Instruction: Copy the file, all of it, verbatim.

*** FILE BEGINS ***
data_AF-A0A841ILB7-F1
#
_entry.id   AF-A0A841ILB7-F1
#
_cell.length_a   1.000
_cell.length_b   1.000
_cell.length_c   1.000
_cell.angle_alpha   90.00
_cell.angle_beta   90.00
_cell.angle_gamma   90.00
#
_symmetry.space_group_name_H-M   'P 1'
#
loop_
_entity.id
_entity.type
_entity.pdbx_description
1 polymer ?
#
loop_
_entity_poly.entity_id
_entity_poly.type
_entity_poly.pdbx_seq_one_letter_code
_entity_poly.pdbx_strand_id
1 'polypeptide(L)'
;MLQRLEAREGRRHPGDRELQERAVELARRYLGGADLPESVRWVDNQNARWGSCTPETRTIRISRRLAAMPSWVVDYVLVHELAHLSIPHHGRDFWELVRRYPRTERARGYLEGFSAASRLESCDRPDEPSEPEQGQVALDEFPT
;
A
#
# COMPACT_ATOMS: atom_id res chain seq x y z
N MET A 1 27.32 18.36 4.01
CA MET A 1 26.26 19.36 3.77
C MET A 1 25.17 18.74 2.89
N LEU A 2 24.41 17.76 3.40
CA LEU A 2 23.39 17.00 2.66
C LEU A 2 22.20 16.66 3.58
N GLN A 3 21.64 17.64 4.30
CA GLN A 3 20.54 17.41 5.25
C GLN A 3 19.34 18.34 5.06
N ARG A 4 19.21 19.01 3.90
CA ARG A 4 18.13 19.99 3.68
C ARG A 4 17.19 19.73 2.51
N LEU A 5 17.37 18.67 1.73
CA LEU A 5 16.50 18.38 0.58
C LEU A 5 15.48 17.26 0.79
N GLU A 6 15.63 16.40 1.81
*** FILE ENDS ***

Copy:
data_AF-A0A841ILB7-F1
#
_entry.id   AF-A0A841ILB7-F1
#
_cell.length_a   1.000
_cell.length_b   1.000
_cell.length_c   1.000
_cell.angle_alpha   90.00
_cell.angle_beta   90.00
_cell.angle_gamma   90.00
#
_symmetry.space_group_name_H-M   'P 1'
#
loop_
_entity.id
_entity.type
_entity.pdbx_description
1 polymer ?
#
loop_
_entity_poly.entity_id
_entity_poly.type
_entity_poly.pdbx_seq_one_letter_code
_entity_poly.pdbx_strand_id
1 'polypeptide(L)'
;MLQRLEAREGRRHPGDRELQERAVELARRYLGGADLPESVRWVDNQNARWGSCTPETRTIRISRRLAAMPSWVVDYVLVHELAHLSIPHHGRDFWELVRRYPRTERARGYLEGFSAASRLESCDRPDEPSEPEQGQVALDEFPT
;
A
#
# COMPACT_ATOMS: atom_id res chain seq x y z
N MET A 1 27.32 18.36 4.01
CA MET A 1 26.26 19.36 3.77
C MET A 1 25.17 18.74 2.89
N LEU A 2 24.41 17.76 3.40
CA LEU A 2 23.39 17.00 2.66
C LEU A 2 22.20 16.66 3.58
N GLN A 3 21.64 17.64 4.30
CA GLN A 3 20.54 17.41 5.25
C GLN A 3 19.34 18.34 5.06
N ARG A 4 19.21 19.01 3.90
CA ARG A 4 18.13 19.99 3.68
C ARG A 4 17.19 19.73 2.51
N LEU A 5 17.37 18.67 1.73
CA LEU A 5 16.50 18.38 0.58
C LEU A 5 15.48 17.26 0.79
N GLU A 6 15.63 16.40 1.81